aoe has constructed the world’s first Sino-Italian cultural exchange centre in Chengdu, China


Arch-exist Photography,

Chengdu, China,

Cultural Center,

Chinese architecture firm aoe has built an art centre dedicated to Sino-Italian cultural exchange close to the city of Chengdu. The unique architectural structure brings together elements borrowed from ancient Roman arenas and contemporary designs formed of circular cutouts, whilst the interiors are dominated by an almost sacred atmosphere thanks to the omnipresence of white, the sheer size of the spaces, the arched openings, the columns and the vast windows which offer spectacular views of the natural surroundings. The architecture is a place in which two opposing poles meet - east and west - each dedicated to their respective cultures and symbolically joined together by two routes, like the two Silk Roads, over land and sea.

aoe has constructed the world’s first Sino-Italian cultural exchange centre in Chengdu, China

aoe is a Chinese architecture firm based in Beijing which recently completed the construction of truly singular architecture 36km outside the city of Chengdu. The building is a cultural centre intended for events and exchanges between Italy and China, set in a natural environment on the fringes of a large protected forest.

The unique feature of the Sino-Italian Cultural Exchange City Reception Center is the presence of two opposing poles, separated by a body of water and inspired by the design stereotypes of their respective cultures and nations. The Chinese part - which predates the cultural centre and sits on the east side - has a gabled roof and is the smaller of the two sections, as well as being hidden from view by a large forest of bamboo. The larger, more prominent Italian part is located on the west side and is inspired by the arenas of ancient Rome and the idea of the piazza, as shown in the plan through the figure of the circle, which is replicated ten times. The circumferences of these circles mark out both the interior spaces, which are contained in the intersections between them, and the exterior ones, which become convivial courtyards and squares. Particularly eye-catching is the largest of these, adorned as it is with stone arches, as per the most authentic tradition of classical Roman architecture. Meanwhile, a rear courtyard which faces the forest houses four columns with Doric capitals.

The interiors of the centre designed by aoe are totally immersed in the purest white imaginable, lending the spaces a sacred aspect to which the bright and spacious circular shapes of the rooms also contribute. Large windows enclose the outer walls of the centre, not only so as to allow sunlight to flood in and reflect off the white interiors, but also to make nature an integral part of the art exhibitions organised by the centre. According to the architects, the decision to illuminate the interiors with direct natural light from above was intended to “create harmony between architecture and nature”. aoe continues by talking about the careful attention to the environment required for the project, made possible by way of a series of expedients, such as the introduction of plant life to cover various outdoor levels, or the use of passive ventilation to effectively channel the air flow where it is most needed within the building. These measures, along with the large windows, results in “the building organically combining the natural elements of light, scenery, and wind, allowing people to perceive and coexist with the surrounding natural environment while they are in the building”.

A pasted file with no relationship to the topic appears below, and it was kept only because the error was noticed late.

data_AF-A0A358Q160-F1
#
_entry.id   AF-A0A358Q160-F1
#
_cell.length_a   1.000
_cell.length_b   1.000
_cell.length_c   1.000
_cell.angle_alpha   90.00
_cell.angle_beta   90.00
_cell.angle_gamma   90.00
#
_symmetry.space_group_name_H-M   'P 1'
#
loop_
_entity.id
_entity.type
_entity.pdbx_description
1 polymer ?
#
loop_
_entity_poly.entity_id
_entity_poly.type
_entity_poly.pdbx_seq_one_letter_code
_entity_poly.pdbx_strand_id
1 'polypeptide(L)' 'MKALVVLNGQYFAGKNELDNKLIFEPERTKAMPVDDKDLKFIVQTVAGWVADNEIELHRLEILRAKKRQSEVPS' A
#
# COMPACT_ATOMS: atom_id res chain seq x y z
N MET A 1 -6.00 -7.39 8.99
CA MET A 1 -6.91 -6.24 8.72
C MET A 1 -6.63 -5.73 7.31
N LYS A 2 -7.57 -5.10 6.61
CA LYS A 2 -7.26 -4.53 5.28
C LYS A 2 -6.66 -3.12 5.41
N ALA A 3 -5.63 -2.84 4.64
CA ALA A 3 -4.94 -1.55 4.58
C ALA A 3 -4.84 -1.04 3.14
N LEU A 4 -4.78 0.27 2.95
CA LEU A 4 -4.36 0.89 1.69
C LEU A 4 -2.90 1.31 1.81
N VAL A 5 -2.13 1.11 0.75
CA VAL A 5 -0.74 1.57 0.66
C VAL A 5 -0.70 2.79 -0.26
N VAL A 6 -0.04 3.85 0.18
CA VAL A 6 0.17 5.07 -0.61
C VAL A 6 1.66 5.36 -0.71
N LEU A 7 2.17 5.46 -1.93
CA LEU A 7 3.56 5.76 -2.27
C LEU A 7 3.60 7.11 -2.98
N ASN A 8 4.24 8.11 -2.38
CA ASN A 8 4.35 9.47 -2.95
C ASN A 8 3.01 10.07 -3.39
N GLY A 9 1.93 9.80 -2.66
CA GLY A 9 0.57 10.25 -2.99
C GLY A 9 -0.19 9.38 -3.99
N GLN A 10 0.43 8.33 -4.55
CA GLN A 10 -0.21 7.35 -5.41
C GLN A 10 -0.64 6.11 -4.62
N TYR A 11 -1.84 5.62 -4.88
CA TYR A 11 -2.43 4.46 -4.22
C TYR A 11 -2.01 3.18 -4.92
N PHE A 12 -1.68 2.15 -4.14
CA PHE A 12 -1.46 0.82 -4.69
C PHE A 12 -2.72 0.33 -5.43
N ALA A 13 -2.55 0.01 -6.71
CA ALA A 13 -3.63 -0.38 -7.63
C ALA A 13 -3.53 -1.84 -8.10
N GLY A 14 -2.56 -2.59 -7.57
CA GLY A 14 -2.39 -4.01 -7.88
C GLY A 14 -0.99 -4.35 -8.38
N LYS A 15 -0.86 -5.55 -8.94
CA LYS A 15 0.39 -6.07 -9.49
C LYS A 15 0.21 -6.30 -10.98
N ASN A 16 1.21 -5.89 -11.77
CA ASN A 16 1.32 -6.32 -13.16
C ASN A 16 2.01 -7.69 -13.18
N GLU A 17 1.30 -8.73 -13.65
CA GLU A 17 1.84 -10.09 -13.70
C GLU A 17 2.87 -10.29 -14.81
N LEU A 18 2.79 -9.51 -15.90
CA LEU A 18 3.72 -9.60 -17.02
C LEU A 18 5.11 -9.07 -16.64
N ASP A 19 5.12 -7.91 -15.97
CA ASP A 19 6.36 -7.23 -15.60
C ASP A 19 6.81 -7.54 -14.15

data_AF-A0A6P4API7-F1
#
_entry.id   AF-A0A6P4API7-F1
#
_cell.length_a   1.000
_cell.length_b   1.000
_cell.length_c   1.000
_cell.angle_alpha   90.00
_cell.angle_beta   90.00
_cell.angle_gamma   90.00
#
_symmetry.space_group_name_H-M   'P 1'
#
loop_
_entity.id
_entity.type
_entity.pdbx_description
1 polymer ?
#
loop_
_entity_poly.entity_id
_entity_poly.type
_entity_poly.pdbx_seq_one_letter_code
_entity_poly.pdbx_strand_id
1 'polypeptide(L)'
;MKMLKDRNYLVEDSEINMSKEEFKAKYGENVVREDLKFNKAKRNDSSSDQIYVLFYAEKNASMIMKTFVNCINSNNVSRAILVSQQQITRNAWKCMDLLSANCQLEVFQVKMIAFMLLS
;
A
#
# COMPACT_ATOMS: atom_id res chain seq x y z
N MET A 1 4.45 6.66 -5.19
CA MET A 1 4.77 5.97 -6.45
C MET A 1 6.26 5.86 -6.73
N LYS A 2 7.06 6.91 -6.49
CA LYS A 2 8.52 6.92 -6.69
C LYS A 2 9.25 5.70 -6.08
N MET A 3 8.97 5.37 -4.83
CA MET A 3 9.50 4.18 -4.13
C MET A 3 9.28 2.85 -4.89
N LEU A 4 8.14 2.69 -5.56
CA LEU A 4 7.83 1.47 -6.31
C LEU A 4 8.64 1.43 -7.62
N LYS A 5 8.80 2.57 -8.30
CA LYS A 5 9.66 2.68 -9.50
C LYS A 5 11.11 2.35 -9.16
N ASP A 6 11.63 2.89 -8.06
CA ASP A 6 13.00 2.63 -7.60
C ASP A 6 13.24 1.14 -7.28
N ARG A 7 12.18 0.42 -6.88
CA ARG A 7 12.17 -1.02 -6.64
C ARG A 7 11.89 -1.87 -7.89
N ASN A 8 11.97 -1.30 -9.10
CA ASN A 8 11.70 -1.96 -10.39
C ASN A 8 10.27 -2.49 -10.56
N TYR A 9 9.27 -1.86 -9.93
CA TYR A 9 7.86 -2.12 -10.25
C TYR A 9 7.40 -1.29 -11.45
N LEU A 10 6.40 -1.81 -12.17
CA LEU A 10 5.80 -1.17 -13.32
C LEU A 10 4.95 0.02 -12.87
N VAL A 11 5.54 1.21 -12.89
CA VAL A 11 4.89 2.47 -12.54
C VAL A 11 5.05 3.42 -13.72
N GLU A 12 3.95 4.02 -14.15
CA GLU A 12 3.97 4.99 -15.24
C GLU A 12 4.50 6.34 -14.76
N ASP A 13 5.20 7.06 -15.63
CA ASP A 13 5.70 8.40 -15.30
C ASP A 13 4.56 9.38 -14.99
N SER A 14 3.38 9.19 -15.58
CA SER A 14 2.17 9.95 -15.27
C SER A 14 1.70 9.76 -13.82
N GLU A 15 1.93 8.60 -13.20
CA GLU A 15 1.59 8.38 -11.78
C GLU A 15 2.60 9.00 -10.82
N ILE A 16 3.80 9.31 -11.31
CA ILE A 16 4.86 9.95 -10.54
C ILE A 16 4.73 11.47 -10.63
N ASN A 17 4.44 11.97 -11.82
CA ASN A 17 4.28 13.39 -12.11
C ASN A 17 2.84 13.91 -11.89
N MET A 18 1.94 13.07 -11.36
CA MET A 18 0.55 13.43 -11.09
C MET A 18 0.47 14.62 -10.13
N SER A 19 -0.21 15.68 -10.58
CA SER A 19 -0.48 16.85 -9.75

The Sino-Italian Cultural Exchange City Reception Center is divided into three different heights: from the entrance area to the interior exhibition space, the height of the floor changes from one room to the next, creating an incredible sense of dynamism between the different spaces. The roof of the centre is entirely open to visitors and can be accessed from a staircase that runs alongside the Roman arches in the main square, with a small Zen garden at one end ensconced in the circular shape of the volume beneath it. The centre of the terrace is home to an immaculate, roofless construction - again, circular, and adorned by round arches - which is reminiscent of a Neo-Classical temple, but reinterpreted through a contemporary lens, with a white plaster finish.

The cultural centre designed by aoe features a high degree of symbolism and abstraction, but also attention to detail and quality craftsmanship, as per the finest Chinese tradition. One particularly enchanting detail to support this idea is the two pedestrian walkways that connect the eastern and western parts of the centre. The architects explained the decision behind it thusly: “The Chinese Cultural Hall on the east side is reached by walking down through the cultural corridor or stepping over the Chinese white jade pavement above the water pond. The two paths symbolize the two Silk Roads between East and West, on land and on water”.

Francesco Cibati

Architecture Firm: aoe
Design Period: 06.2020-09.2020
Construction Period: 09.2020-04.2021
Site Area: 17814.6 sqm
Site Coverage: 8.4%
Gross Floor Area: 1695.8 sqm
Landscaping Ratio: 66%
Building height: 13.55 m
Project location: Chengdu, China
Design Team: Ma Jianning, Fan Ruixue, Wang Ye, Chang Zhiyu, Pan Jichang, Li Xiangting, Lu Yu
Interior: Zhu Dan, Du Jing, Liu Jingyi, Xue Yawen, Liu Chen
Clients: Tianfu Investment Group Co., LTD
Pictures: Arch-exist Photography